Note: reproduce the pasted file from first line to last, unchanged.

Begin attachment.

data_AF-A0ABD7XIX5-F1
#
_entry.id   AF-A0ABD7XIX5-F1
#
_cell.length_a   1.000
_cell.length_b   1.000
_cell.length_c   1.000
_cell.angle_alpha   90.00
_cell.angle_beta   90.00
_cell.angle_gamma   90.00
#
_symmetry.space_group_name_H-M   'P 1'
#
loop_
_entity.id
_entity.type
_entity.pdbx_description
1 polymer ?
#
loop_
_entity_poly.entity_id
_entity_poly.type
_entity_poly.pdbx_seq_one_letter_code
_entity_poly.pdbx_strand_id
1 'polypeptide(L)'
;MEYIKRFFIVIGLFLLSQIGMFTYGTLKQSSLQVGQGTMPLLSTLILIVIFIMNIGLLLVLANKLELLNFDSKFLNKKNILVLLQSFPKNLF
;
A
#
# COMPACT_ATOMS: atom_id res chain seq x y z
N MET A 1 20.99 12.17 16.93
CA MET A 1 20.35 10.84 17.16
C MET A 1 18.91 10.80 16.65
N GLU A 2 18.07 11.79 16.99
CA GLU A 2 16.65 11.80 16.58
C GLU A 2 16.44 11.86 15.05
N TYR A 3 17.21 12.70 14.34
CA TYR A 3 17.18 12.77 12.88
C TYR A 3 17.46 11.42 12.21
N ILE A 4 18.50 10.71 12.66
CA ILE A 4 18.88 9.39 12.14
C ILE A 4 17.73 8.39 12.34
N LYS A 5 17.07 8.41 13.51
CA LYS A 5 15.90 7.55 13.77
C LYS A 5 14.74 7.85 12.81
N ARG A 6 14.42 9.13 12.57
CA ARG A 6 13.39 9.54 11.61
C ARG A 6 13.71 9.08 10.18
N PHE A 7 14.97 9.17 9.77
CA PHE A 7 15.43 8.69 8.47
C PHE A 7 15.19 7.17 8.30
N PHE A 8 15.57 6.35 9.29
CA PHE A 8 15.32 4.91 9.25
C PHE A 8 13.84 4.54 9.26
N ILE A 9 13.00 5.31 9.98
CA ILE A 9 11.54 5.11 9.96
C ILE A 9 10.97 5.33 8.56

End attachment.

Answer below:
data_AF-A0ABD7XIX5-F1
#
_entry.id   AF-A0ABD7XIX5-F1
#
_cell.length_a   1.000
_cell.length_b   1.000
_cell.length_c   1.000
_cell.angle_alpha   90.00
_cell.angle_beta   90.00
_cell.angle_gamma   90.00
#
_symmetry.space_group_name_H-M   'P 1'
#
loop_
_entity.id
_entity.type
_entity.pdbx_description
1 polymer ?
#
loop_
_entity_poly.entity_id
_entity_poly.type
_entity_poly.pdbx_seq_one_letter_code
_entity_poly.pdbx_strand_id
1 'polypeptide(L)'
;MEYIKRFFIVIGLFLLSQIGMFTYGTLKQSSLQVGQGTMPLLSTLILIVIFIMNIGLLLVLANKLELLNFDSKFLNKKNILVLLQSFPKNLF
;
A
#
# COMPACT_ATOMS: atom_id res chain seq x y z
N MET A 1 20.99 12.17 16.93
CA MET A 1 20.35 10.84 17.16
C MET A 1 18.91 10.80 16.65
N GLU A 2 18.07 11.79 16.99
CA GLU A 2 16.65 11.80 16.58
C GLU A 2 16.44 11.86 15.05
N TYR A 3 17.21 12.70 14.34
CA TYR A 3 17.18 12.77 12.88
C TYR A 3 17.46 11.42 12.21
N ILE A 4 18.50 10.71 12.66
CA ILE A 4 18.88 9.39 12.14
C ILE A 4 17.73 8.39 12.34
N LYS A 5 17.07 8.41 13.51
CA LYS A 5 15.90 7.55 13.77
C LYS A 5 14.74 7.85 12.81
N ARG A 6 14.42 9.13 12.57
CA ARG A 6 13.39 9.54 11.61
C ARG A 6 13.71 9.08 10.18
N PHE A 7 14.97 9.17 9.77
CA PHE A 7 15.43 8.69 8.47
C PHE A 7 15.19 7.17 8.30
N PHE A 8 15.57 6.35 9.29
CA PHE A 8 15.32 4.91 9.25
C PHE A 8 13.84 4.54 9.26
N ILE A 9 13.00 5.31 9.98
CA ILE A 9 11.54 5.11 9.96
C ILE A 9 10.97 5.33 8.56